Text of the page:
Oil King - Paul Getty

Paul Getty (15 December 1892 - 6 June 1976) - oil eccentric and the richest man in the world in the 1960s.

Given $500,000 by his father on his death in 1930, he spent the next 20 years battling to expand his power in the stock market and in the oil world, becoming the richest man in America in 1953 after accumulating $1 billion in less than three years as a result of a successful well on the Kuwaiti border, a position he maintained for the next 20 years until the Arab countries nationalised their oil.

Starting with nothing
At the time, Getty had no capital, no expertise in geology or oil exploration, but only a little sense of what his father's oil business entailed. So, the start-up was extremely difficult, to say the least. However, he was confident that if others could do it, he could do it too. If you have faith, you can do what you want to do. The year passed quickly and Getty still hadn't made a penny until the winter of 1915, when the opportunity presented itself and Getty learned that a farm called "Nancy Taylor" was to be sold at public auction. He went there to see it and immediately decided that it must be rich in oil. He had his eye on the Nancy Taylor lease, but there were many other developers competing with him, all with more money and experience than him, so his hopes had to be dashed. But Getty had a little trick up his sleeve. It just so happened that a friend of his was a senior officer of a well-known local bank, so Getty asked the friend to bid on his behalf, which was a very good idea indeed, because the other developers thought that the senior officer represented a large and powerful company, and they all had loans with the bank, so they had to back off. So, after a lot of trouble, Getty was able to secure the land for just $500. After a lot of trouble, Getty finally bought it for $500. Getty set up a company to extract oil from the land. However, he no longer had the money to buy machinery to dig the well. Getty had to partner with his father, who invested in the machinery and took a 70% stake in the company. In this way, the Getty Oil Company was able to start digging wells.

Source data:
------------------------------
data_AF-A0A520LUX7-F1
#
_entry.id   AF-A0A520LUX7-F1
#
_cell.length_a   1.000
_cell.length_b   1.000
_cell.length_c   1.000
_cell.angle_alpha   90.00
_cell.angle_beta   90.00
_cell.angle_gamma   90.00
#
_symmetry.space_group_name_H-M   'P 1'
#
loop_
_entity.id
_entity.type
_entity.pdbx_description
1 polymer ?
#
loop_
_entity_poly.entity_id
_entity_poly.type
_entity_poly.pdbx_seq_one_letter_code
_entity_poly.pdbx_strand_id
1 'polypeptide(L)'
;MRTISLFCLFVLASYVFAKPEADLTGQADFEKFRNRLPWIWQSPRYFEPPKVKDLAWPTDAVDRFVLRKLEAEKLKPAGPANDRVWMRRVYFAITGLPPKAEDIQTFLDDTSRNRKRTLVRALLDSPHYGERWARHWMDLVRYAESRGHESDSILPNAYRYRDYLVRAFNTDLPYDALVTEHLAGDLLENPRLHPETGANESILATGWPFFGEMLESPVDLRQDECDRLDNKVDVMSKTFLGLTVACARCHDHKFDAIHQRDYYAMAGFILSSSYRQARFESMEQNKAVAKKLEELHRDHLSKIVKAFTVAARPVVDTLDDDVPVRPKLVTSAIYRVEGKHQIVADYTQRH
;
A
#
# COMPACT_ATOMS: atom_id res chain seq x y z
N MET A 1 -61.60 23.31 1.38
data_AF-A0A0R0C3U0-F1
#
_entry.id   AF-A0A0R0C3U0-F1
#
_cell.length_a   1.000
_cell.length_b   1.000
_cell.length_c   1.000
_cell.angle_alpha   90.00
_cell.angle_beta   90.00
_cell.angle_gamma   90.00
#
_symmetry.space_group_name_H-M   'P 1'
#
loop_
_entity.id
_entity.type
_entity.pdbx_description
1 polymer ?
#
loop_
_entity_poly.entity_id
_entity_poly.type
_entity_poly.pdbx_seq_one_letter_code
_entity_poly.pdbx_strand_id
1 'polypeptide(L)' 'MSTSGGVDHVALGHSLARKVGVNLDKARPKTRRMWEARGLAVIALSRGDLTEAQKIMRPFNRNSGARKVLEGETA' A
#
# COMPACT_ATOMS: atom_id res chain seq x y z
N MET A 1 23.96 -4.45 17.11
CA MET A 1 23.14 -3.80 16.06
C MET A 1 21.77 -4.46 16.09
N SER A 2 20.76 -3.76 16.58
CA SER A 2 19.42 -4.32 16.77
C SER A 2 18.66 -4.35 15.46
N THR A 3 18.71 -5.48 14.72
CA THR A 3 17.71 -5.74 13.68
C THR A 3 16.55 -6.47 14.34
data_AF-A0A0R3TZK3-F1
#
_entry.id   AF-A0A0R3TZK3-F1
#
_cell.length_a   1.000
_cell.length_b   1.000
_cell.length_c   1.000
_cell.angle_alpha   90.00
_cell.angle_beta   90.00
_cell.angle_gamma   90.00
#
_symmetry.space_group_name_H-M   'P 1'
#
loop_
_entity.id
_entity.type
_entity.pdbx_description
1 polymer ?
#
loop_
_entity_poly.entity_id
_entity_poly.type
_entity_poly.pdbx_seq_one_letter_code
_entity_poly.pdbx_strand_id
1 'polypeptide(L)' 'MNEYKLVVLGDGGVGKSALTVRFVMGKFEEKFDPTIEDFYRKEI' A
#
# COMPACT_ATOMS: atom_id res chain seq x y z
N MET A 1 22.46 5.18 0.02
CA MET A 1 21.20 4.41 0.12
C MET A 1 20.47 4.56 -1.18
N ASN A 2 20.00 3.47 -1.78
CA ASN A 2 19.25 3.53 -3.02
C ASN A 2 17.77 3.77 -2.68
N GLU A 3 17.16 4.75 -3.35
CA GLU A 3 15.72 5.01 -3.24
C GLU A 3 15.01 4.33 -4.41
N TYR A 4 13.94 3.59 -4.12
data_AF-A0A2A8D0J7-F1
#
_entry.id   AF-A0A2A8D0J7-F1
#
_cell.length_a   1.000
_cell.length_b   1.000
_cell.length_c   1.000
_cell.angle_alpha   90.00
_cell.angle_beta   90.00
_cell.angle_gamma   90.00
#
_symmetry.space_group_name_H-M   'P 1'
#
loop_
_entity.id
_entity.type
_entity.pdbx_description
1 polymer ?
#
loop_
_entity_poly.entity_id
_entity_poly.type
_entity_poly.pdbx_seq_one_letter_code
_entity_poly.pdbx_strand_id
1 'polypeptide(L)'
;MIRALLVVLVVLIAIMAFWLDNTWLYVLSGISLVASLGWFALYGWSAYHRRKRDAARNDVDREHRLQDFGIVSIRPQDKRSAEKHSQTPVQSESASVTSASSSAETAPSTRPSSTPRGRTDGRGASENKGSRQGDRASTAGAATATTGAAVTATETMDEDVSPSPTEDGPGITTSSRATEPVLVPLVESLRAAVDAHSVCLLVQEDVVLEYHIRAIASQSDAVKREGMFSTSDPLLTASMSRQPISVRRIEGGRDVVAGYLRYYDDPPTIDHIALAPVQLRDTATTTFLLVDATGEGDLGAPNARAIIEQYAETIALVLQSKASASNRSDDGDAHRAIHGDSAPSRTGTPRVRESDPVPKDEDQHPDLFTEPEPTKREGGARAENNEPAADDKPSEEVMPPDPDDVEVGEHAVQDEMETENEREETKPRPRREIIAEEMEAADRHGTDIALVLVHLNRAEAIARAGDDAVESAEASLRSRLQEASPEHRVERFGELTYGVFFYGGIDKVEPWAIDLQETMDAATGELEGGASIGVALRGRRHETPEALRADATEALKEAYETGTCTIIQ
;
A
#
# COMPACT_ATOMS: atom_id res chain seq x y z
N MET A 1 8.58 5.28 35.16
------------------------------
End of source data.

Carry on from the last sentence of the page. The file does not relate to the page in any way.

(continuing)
In 1916, the first well dug by Getty on the Nancy lease produced oil and was capable of producing 720 barrels of crude oil a day. On the third day after the oil spurt, Getty resold it decisively. As agreed with his father, he received 30% of the resale profit - $11,850. Two weeks later, he sublet the land to another oil company and made a net profit of US$12,000 from it. This transaction strengthened Paul's belief in the oil industry and that he could make more money. From there, he began to run oil as his own business. By the time he was 24, Getty was a millionaire.


Building the Getty empire
During the First World War, the price of oil in the United States nearly doubled. The Gettys' fortune ballooned with it. Paul was still living in a hotel in Tulsa with a group of oil diggers. It was like a New York stock exchange, bustling with oilmen gathering information about the price of oil and oil mines and exchanging information about the sale of leases. Paul was able to make a substantial profit as a lease broker and expand his leases at the same time.